Tall Wheatgrass

(Agropyron elongatum)


This is a cool-season grass, native to southern Europe and Asia Minor. There is a wide range of plant sizes and types ranging up to 213 cm (84 in.) in height. The grass is best suited for irrigation or sub-irrigation and does well in alkaline or saline soils where other crops are difficult to establish or are unproductive. Tall Wheatgrass is most often seeded alone. It may, however, be planted successfully with legumes. It is not suited for long-term dryland plantings. There are conditions where it could be used to advantage on sand sites receiving spring runoff, but it should be generally confined to arable land. It does require a long growing season to reach maturity.

Tall Wheatgrass has the largest seeds of any of the wheatgrasses. The seed is easily planted through an ordinary grain drill, but depth must be controlled to a maximum of 2.5 cm (1 in.). For planting small sized irrigated pastures, a cyclone seeded may be used, followed by a spike tooth harrow for covering. In warm valleys at the lower elevations, late summer or early fall plantings are more easily established. At higher elevations or where it is used on non-irrigated land, spring planting will prove more satisfactory. Under irrigation and good management, Tall Wheatgrass is capable of producing 2.78 to 5 metric tons per hectare (3 to 5 ½ tons per acre) of good quality hay.




16.8 kg PLS/hectare

15 lbs. PLS/acre



160,000 per lb. (0.46 kg)



Alcar was released in Washington in 1951. It is a coarse cultivar with blue-green leaves and a dense, highly productive root system. It is used widely in the intermountain region and northern Great Plains.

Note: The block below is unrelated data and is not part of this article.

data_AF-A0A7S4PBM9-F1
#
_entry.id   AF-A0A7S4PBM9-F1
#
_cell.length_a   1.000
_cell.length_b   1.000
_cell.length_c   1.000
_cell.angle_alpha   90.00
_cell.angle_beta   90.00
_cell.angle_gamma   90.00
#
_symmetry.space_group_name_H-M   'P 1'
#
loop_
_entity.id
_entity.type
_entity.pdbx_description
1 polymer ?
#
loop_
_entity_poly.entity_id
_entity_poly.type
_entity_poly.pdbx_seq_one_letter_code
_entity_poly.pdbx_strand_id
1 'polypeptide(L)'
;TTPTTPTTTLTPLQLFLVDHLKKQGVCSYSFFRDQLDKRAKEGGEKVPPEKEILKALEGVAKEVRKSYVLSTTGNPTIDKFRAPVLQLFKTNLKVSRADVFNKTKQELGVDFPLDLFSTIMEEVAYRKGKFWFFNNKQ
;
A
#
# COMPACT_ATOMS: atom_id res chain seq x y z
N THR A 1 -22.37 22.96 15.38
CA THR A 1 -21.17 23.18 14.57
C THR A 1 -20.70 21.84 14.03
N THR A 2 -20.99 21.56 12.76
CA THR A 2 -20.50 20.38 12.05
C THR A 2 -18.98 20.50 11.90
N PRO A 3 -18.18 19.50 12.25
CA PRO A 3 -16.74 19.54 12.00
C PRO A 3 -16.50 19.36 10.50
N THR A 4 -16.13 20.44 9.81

Jose Tall Wheatgrass was developed and released in 1965 by the Agricultural Experiment Station of New Mexico State University and the Soil Conservation Service. It is especially well adapted to areas of New Mexico and Colorado at elevations up to 2,286 m (7500 ft.). It will grow well on all types of soil, but requires at least 120 frost-free days for seed production.

Jose has been extensively used in irrigated pastures in Colorado and the Pecos River and Rio Grande valleys of New Mexico. Many acres have been planted in irrigated districts of the Trans-Pecos area of Texas. Jose is highly palatable to livestock and is high in crude protein.


The New Mexico Agricultural Experiment Station and the USDA Soil Conservation Service first released Largo as A-1876. In 1961, it was officially named Largo.

Largo is considerably larger than Jose. The foliage is coarse and plants are very deep rooted. Under irrigation, plants range in height from 122 to 183 cm (48 to 72 in.).

It has been widely used in the past in Colorado, Utah, Arizona, and New Mexico for soil improvement and pasture on saline and alkaline soils. It is highly productive in herbage and seed yields.


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